The allied disorders of Hirschsprung’s disease are characterized by symptoms and signs similar to those of Hirschsprung’s disease, such as bowel obstruction, intestinal dilatation, and chronic constipation, despite the presence of ganglionic cells in the rectum . There is no consensus on treatment as the disease is quite rare, and the etiology still remains unclear. Real-time CLE visualization of the ENS may have the potential to improve the treatment of this group of diseases.
The present study is the first trial of ENS visualization in Hirschsprung’s disease and allied disorders in vivo using CLE with CV staining. The study demonstrated the technical feasibility and clinical potential of confocal laser endomicroscopy in patients with these diseases to a certain extent. However, some challenges remain. Indeed, it was difficult to analyze the amount of ganglion cells or ENS quantitatively in the present device. When it comes to the diagnosis of the transition zone in Hirschsprung disease or Hirschsprung allied disorders, more quantitative analysis should be needed as this study was performed for only 2 cases and it is also the limitation of this study. Moreover, in both cases, the duration from CV injection to ENS staining was fairly long, making the procedure impracticable as a replacement for conventional intraoperative analysis at this juncture. Additionally, an incision in the serosa with an 18G needle was required in both cases because the image depth of the probe was too shallow at 55-65 μm to evaluate the muscular layer from the serosal side.
Samarasena  reported esophageal ENS visualization with needle-type CLE (nCLE: Mauna Kea Technologies, Paris, France) under endoscopic ultrasound (EUS) guidance. This technique was able to visualize the ENS without mucosal resection. An nCLE probe has a 325 mm field-of-view and an imaging depth of 40 to 70 μm. However, based on a previous ex vivo study, our group concluded that GastroFlex would be able to visualize the ENS more clearly than the nCLE in terms of depth, field-of-view, and resolution. In addition, the nCLE can only scan a limited range via a single needle puncture and requires several punctures. Therefore, we considered nCLE to be unsuitable for surgical navigation. The CLE system used in the study was designed for an esophagogastroduodenoscopy or colonoscopy. The CLE probe has a small diameter enabling it to be used with the conventional endoscopic accessory channel. During ENS observation, the probe was manually scanned by NS, who has experience in the procedure from a previous ex vivo study. Although the resected specimen was pinned on a corkboard for CLE scanning in the study, the scanned intestine in the present study was not fixed, rendering stable observation of the ENS more difficult. Our findings suggested that certain design modifications in confocal laser endoscopes, such as resizing for use during surgery, a wider field-of-view, and adjustable scanning depth, would be ideal for surgical navigation using CLE.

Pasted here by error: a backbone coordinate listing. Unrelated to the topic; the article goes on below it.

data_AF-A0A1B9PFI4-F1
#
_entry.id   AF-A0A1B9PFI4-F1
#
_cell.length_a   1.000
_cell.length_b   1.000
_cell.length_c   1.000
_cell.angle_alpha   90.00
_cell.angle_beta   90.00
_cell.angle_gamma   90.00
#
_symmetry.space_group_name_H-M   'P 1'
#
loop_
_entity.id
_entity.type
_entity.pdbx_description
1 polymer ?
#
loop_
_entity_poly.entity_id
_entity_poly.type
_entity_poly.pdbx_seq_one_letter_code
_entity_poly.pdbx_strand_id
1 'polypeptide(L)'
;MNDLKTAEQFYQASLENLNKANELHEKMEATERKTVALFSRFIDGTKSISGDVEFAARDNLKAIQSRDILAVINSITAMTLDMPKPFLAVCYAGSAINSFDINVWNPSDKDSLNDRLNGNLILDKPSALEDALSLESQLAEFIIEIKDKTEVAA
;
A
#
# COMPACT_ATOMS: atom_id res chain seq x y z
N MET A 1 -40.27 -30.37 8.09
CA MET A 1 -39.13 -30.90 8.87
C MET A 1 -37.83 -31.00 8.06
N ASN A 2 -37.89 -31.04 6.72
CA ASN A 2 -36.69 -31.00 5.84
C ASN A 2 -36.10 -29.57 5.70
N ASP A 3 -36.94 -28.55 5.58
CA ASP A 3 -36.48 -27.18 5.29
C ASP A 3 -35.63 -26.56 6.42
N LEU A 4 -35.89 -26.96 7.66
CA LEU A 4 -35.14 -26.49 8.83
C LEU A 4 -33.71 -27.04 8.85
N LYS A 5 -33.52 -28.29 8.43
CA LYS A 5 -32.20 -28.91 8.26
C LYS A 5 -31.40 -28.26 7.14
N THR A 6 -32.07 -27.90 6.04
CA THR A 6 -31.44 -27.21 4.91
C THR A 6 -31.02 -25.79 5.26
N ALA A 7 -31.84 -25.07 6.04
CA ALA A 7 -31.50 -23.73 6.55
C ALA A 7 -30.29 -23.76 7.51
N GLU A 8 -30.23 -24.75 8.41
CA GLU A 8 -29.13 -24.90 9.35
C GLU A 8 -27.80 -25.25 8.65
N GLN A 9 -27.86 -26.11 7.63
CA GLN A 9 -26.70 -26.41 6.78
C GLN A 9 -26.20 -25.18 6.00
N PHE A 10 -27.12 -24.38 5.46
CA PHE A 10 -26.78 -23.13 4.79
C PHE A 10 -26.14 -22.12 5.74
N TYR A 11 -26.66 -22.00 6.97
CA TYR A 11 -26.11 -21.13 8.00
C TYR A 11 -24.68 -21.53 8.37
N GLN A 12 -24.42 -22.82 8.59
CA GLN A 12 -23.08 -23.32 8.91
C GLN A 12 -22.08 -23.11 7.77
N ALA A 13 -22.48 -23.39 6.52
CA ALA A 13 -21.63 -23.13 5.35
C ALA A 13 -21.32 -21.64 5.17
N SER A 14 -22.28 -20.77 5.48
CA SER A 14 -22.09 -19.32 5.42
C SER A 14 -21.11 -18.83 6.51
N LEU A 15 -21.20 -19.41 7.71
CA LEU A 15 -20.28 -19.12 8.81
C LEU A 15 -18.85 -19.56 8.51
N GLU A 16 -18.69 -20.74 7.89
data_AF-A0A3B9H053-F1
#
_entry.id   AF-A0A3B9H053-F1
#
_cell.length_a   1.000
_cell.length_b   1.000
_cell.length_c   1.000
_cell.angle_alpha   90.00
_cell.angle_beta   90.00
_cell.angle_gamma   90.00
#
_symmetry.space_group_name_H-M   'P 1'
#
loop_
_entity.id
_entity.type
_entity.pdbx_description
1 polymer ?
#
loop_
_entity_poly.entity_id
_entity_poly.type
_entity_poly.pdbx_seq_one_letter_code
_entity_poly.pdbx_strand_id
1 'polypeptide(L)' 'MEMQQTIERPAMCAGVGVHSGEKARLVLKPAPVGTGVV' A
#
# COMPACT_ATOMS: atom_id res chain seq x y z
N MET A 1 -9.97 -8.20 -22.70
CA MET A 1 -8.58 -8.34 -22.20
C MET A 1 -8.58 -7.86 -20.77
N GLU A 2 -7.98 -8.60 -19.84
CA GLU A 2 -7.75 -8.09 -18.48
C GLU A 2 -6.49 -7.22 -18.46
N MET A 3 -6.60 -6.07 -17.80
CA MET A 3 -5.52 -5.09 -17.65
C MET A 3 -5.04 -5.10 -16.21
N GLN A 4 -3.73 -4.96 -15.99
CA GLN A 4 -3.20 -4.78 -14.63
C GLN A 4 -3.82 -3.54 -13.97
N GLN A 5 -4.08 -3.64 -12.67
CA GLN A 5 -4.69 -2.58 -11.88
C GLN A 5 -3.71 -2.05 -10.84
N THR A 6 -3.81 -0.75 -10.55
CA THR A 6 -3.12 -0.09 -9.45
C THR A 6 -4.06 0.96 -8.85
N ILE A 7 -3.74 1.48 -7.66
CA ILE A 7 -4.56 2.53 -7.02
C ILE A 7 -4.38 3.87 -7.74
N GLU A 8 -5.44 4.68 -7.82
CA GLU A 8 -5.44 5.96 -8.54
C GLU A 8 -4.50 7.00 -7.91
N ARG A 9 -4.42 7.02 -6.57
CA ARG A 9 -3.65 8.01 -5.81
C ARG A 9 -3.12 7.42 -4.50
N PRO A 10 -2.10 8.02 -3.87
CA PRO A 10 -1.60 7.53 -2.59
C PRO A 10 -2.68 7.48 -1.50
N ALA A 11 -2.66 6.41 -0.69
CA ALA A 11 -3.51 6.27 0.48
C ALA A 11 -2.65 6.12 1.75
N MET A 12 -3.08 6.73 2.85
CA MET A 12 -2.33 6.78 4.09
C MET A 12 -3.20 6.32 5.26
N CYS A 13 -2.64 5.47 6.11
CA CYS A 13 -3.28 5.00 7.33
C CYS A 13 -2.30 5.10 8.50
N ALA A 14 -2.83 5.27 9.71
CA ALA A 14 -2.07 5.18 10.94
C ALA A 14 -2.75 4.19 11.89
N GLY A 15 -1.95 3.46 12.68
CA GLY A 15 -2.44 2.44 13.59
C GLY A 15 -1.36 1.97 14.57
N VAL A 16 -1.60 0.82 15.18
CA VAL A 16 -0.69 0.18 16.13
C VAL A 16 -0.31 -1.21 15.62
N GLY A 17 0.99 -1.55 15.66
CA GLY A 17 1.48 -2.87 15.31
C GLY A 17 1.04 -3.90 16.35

Furthermore, to achieve a successful neuro-navigation surgery for Hirschsprung disease, we have to deliver a fluorescence into ENS. In the current study, we injected CV as a fluorescent dye into the submucosal layer and detect it by CLE. We could successfully visualize the ENS structure but the area of scanning was limited. Our final goal is to visualize the ENS at a glance during surgery. And it should be safe for human use. In terms of the fluorescent dye, CV seemed to have good affinity to enteric neurons, but it was not neuron-specific and it had to be injected into each scan area. Neuron-specific marker with a certain fluorescent dye which can be delivered systemically or spraying irrigation in the abdominal cavity would be better.
In conclusion, the present study is the first to report ENS visualization using CLE in vivo and demonstrated the technical feasibility of visualizing the ENS in patients with Hirschsprung’s disease and allied disorders. Although much still remains to be done, we believe that success of ENS visualization in two live patients is a very important first step for the future, and this innovative, minimally-invasive, CLE navigation technique will contribute to improving conventional surgery for Hirschsprung’s disease and allied disorders.
Availability of data and materials
The data that support the findings of this study are available from the corresponding author, N.S, upon reasonable request.
Confocal laser endomicroscopy
Enteric nervous system
Hematoxylin and eosin
Recto-anal inhibitory reflex
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The authors would like to thank Mr. James Robert Valera for his assistance with editing this manuscript, and appreciate the valuable assistance provided by Masayoshi Uesugi in resecting the pathological specimens.
A.H, N.S, and K.S was supported by JSPS KAKENHI Grant Number JP16K11354, which is Grant in Aid for Scientific Research (C) (General).
Ethics approval and consent to participate
We obtained an approval of Institutional Review Board in the Tokyo Metropolitan Children’s Medical Center.
Consent for publication
Consent to publish the case report were obtained from the guardians of the patients in the both of two cases.
The authors declare that they have no competing interests.
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Harada, A., Shimojima, N., Kobayashi, M. et al. Visualization of the human enteric nervous system by probe confocal laser endomicroscopy: a first real-time observation of Hirschsprung’s disease and allied disorders. BMC Med Imaging 21, 118 (2021). https://doi.org/10.1186/s12880-021-00648-7
- Confocal laser endomicroscopy
- Hirschsprung’s disease
- Enteric nervous system
- Ganglion cells
- Transition zone